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7.3 Proving Triangles are Similar

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7.3 Proving Triangles are Similar

Geometry

- Objectives:
- You willuse similarity theorems to prove that two triangles are similar.
- You will use similar triangles to solve real-life problems such as finding the height of a climbing wall.

- DFA:p.456 #24
- HW:pp.455-457 (2-28 even)

- If 2 angles of one triangle are congruent to 2 angles of another triangle, then the triangles are similar.
- >A ≈ >P & >B ≈ >Q

THEN ∆ABC ~ ∆PQR

- If the corresponding sides of two triangles are proportional, then the triangles are similar.

THEN ∆ABC ~ ∆PQR

AB

BC

CA

=

=

PQ

QR

RP

- If an angle of one triangle is congruent to an angle of a second triangle and the lengths of the sides including these angles are proportional, then the triangles are similar.

ZX

XY

If X M and

=

PM

MN

THEN ∆XYZ ~ ∆MNP

∆RST ~ ∆LMN

TR

RS

ST

=

=

LM

NL

MN

- Given:

- Prove

Locate P on RS so that PS = LM. Draw PQ so that PQ ║ RT. Then ∆RST ~ ∆PSQ, by the AA Similarity Postulate, and

RS

ST

TR

=

=

LM

MN

NL

Because PS = LM, you can substitute in the given proportion and find that SQ = MN and QP = NL. By the SSS Congruence Theorem, it follows that ∆PSQ ∆LMN Finally, use the definition of congruent triangles and the AA Similarity Postulate to conclude that ∆RST ~ ∆LMN.

- Which of the three triangles are similar?

To decide which, if any, of the triangles are similar, you need to consider the ratios of the lengths of corresponding sides.

Ratios of Side Lengths of ∆ABC and ∆DEF.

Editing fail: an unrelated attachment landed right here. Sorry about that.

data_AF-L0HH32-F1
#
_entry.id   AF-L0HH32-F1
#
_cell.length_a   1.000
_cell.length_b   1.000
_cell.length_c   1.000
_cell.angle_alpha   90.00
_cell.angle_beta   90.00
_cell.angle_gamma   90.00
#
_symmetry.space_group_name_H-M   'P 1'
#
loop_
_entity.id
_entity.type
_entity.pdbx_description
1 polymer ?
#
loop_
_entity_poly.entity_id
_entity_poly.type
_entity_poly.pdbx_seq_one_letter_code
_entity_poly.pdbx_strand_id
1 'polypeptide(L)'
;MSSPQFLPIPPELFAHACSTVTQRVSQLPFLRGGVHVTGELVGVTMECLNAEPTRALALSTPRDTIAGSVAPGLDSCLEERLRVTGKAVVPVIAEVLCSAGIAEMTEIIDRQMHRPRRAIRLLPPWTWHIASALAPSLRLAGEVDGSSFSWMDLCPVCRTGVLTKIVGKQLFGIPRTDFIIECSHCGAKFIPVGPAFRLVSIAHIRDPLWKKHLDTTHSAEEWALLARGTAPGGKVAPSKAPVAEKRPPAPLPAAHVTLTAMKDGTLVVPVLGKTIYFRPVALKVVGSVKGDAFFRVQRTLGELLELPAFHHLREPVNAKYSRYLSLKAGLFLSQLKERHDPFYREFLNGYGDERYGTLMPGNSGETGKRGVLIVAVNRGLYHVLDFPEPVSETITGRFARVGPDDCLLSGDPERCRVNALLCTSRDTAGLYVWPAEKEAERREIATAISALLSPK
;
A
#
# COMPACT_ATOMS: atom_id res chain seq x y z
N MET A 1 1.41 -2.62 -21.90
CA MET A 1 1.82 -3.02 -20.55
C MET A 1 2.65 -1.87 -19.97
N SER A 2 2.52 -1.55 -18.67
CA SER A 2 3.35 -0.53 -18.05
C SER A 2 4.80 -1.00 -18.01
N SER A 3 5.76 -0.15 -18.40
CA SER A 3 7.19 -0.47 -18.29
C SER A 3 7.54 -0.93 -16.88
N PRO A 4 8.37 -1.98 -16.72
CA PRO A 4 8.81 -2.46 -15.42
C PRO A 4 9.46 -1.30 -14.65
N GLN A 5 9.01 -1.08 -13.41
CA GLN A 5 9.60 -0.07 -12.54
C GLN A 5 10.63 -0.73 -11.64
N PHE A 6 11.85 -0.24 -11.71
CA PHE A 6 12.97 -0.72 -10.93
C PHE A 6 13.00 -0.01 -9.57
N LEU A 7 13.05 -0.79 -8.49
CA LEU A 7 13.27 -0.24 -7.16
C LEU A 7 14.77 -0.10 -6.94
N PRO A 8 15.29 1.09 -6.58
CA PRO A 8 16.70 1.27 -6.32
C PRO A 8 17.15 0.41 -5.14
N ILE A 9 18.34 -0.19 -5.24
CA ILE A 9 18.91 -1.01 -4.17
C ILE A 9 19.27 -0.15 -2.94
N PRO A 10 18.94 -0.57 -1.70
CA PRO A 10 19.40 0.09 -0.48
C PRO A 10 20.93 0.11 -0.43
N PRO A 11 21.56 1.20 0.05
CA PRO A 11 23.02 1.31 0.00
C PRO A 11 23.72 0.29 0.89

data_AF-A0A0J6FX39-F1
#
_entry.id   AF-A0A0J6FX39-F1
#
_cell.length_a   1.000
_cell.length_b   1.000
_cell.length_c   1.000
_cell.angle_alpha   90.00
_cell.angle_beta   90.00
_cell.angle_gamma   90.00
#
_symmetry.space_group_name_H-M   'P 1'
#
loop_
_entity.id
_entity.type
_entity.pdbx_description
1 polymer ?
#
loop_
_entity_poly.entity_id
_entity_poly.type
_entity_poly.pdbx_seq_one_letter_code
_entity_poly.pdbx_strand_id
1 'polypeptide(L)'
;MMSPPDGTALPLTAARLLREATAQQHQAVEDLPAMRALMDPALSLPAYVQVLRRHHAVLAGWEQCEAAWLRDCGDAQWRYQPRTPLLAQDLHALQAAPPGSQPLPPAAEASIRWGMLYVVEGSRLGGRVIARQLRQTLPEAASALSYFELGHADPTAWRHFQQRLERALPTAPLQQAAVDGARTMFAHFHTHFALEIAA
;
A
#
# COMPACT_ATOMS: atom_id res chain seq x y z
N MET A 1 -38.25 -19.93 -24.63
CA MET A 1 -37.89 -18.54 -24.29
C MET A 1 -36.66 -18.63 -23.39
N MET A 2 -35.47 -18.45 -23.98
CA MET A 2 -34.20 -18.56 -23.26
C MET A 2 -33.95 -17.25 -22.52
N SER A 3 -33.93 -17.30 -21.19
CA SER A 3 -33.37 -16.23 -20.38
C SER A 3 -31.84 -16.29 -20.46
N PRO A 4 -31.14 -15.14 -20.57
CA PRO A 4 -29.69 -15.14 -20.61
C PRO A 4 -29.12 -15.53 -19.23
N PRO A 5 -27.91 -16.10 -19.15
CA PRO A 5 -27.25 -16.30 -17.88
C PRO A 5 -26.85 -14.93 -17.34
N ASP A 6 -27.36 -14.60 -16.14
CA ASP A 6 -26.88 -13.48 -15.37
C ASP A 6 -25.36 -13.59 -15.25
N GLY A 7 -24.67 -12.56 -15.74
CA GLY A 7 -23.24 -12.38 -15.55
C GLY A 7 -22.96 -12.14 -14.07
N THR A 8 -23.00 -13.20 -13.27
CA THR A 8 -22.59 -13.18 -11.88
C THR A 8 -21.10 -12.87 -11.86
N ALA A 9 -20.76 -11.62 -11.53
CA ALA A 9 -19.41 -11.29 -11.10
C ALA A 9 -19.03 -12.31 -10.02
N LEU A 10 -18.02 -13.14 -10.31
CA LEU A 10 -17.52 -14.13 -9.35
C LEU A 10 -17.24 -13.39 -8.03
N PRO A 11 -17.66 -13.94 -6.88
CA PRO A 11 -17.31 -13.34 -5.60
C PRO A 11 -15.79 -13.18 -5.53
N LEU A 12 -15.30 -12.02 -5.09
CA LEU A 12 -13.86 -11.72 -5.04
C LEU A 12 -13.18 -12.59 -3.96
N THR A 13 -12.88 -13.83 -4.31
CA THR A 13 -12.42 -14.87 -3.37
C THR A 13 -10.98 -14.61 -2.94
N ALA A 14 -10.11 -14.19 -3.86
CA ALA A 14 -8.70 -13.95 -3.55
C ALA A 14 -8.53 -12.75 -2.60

AB

6

3

CA

12

3

BC

9

3

=

=

=

=

=

=

DE

4

2

FD

8

2

EF

6

2

Because all of the ratios are equal, ∆ABC ~ ∆DEF.

AB

6

CA

12

6

BC

9

=

=

1

=

=

=

GH

6

JG

14

7

HJ

10

Because the ratios are not equal, ∆ABC and ∆GHJ are not similar.

Since ∆ABC is similar to ∆DEF and ∆ABC is not similar to ∆GHJ, ∆DEF is not similar to ∆GHJ.

Given: SP=4, PR = 12, SQ = 5, and QT = 15;

Prove: ∆RST ~ ∆PSQ

- Use the given lengths to prove that ∆RST ~ ∆PSQ.

Use the SAS Similarity

Theorem. Begin by finding the ratios of the lengths of the corresponding sides.

SR

SP + PR

4 + 12

16

=

4

=

=

=

SP

SP

4

4

ST

SQ + QT

5 + 15

20

=

4

=

=

=

SQ

SQ

5

5

So, the side lengths SR and ST are proportional to the corresponding side lengths of ∆PSQ. Because S is the included angle in both triangles, use the SAS Similarity Theorem to conclude that ∆RST ~ ∆PSQ.

- Ex. 6 – Finding Distance Indirectly.
- To measure the width of a river, you use a surveying technique, as shown in the diagram.

By the AA Similarity Postulate, ∆PQR ~ ∆STR.

RQ

PQ

=

Write the proportion.

RT

ST

RQ

63

=

Substitute.

12

9

RQ

=

12 ● 7

Multiply each side by 12.

RQ

=

84

Solve for TS.

So the river is 84 feet wide.